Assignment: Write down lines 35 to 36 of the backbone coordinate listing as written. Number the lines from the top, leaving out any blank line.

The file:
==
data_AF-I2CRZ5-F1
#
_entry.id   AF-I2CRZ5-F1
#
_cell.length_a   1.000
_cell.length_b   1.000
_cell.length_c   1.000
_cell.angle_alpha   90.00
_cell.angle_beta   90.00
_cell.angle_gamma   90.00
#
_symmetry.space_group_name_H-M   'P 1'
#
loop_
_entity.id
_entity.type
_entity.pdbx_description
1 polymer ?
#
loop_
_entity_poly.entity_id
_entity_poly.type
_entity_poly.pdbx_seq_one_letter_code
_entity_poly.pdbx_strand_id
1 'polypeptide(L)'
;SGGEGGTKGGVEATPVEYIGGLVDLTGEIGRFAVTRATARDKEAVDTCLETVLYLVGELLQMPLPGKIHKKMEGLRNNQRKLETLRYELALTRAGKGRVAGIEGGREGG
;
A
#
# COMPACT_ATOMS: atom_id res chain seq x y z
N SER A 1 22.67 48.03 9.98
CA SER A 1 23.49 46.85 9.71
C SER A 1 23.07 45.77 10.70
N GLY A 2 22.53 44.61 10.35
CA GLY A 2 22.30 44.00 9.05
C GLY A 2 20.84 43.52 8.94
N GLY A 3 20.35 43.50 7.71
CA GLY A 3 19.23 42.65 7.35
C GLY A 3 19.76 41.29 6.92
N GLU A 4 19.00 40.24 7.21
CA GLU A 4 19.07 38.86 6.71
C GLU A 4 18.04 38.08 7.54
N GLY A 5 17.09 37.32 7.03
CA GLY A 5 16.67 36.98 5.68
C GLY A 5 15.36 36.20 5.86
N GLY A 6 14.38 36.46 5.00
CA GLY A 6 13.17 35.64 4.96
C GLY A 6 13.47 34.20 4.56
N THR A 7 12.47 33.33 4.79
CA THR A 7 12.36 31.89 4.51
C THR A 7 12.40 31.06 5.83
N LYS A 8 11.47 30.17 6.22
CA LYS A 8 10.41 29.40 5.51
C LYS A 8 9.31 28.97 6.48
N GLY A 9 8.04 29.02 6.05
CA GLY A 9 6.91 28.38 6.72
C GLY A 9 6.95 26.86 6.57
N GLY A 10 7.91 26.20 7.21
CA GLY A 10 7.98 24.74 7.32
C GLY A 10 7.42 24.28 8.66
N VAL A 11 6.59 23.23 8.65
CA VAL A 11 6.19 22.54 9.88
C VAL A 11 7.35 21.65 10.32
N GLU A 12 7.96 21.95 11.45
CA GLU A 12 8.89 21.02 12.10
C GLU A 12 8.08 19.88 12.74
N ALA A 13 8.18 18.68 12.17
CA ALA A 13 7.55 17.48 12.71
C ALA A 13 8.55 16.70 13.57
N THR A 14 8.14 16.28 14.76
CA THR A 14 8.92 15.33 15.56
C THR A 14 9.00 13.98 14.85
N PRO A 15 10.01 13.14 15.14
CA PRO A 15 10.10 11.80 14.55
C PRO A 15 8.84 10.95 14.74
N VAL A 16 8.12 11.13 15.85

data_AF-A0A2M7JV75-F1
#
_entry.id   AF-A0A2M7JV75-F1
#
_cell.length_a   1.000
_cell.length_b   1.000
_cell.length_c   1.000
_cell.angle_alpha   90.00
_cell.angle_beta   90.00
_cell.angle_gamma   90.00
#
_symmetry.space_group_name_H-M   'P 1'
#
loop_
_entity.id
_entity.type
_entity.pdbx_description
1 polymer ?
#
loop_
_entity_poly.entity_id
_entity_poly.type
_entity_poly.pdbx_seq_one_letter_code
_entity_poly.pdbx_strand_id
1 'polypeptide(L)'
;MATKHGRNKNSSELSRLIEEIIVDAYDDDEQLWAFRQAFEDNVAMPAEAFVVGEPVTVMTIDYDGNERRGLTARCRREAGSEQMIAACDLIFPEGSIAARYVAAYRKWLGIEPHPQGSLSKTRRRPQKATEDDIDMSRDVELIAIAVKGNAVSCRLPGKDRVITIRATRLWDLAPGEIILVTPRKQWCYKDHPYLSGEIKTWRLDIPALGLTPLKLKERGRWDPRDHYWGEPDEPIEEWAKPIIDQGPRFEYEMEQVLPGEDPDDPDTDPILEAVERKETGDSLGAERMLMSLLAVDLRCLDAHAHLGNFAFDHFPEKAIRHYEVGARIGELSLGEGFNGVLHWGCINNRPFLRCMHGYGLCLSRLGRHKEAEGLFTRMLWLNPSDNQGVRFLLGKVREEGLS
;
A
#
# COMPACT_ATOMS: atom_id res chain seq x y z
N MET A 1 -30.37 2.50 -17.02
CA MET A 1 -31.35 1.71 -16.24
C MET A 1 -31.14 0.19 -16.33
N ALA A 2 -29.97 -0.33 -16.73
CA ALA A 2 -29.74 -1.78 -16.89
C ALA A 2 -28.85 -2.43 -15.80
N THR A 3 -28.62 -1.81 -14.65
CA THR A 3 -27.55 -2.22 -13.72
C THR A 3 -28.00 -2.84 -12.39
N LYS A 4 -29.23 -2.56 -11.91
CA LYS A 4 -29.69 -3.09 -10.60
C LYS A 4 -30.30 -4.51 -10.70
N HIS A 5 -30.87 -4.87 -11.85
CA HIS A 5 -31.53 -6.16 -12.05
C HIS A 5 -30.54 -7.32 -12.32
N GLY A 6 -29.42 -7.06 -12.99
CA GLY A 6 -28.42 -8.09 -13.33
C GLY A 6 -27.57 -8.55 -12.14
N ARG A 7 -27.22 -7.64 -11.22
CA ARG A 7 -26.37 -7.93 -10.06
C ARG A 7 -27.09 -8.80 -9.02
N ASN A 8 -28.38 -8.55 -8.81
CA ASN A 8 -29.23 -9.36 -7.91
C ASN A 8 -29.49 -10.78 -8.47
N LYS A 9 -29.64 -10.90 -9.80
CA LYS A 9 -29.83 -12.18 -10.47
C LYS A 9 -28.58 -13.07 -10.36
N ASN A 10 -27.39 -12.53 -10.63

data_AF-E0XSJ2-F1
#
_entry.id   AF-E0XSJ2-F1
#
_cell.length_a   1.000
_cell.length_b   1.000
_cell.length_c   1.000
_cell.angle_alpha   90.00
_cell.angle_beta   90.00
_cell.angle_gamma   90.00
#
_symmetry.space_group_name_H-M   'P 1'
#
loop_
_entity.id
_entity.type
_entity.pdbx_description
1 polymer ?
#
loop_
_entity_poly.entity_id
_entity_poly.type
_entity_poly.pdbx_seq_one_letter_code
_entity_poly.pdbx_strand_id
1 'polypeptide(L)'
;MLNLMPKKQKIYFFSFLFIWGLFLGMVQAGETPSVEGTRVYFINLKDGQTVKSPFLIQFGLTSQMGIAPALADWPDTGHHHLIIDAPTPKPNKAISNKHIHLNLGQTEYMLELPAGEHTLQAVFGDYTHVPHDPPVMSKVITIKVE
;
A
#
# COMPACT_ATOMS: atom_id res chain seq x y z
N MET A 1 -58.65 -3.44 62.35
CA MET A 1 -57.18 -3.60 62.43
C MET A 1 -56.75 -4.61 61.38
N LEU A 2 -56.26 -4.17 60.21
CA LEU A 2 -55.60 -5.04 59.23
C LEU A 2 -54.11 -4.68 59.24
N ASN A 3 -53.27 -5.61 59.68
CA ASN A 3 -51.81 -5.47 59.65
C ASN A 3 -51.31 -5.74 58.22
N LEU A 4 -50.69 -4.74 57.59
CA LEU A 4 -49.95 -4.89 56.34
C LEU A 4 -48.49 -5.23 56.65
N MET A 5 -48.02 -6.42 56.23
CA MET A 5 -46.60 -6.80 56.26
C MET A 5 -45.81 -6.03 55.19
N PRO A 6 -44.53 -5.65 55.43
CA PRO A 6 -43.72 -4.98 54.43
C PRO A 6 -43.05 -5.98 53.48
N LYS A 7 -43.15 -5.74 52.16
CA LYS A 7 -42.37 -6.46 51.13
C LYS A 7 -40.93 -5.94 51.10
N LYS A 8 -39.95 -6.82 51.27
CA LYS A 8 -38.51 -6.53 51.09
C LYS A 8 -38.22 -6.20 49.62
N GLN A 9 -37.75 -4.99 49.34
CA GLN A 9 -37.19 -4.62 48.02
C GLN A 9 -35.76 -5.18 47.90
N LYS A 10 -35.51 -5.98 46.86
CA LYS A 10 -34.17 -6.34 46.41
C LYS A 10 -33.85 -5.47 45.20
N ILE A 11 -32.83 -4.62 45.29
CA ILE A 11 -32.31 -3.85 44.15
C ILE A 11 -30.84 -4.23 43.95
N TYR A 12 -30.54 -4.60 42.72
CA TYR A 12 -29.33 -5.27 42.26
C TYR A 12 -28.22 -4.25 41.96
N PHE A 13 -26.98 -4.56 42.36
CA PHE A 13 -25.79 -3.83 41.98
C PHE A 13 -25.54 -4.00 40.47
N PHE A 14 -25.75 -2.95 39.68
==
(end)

CA GLY A 2 22.30 44.00 9.05
C GLY A 2 20.84 43.52 8.94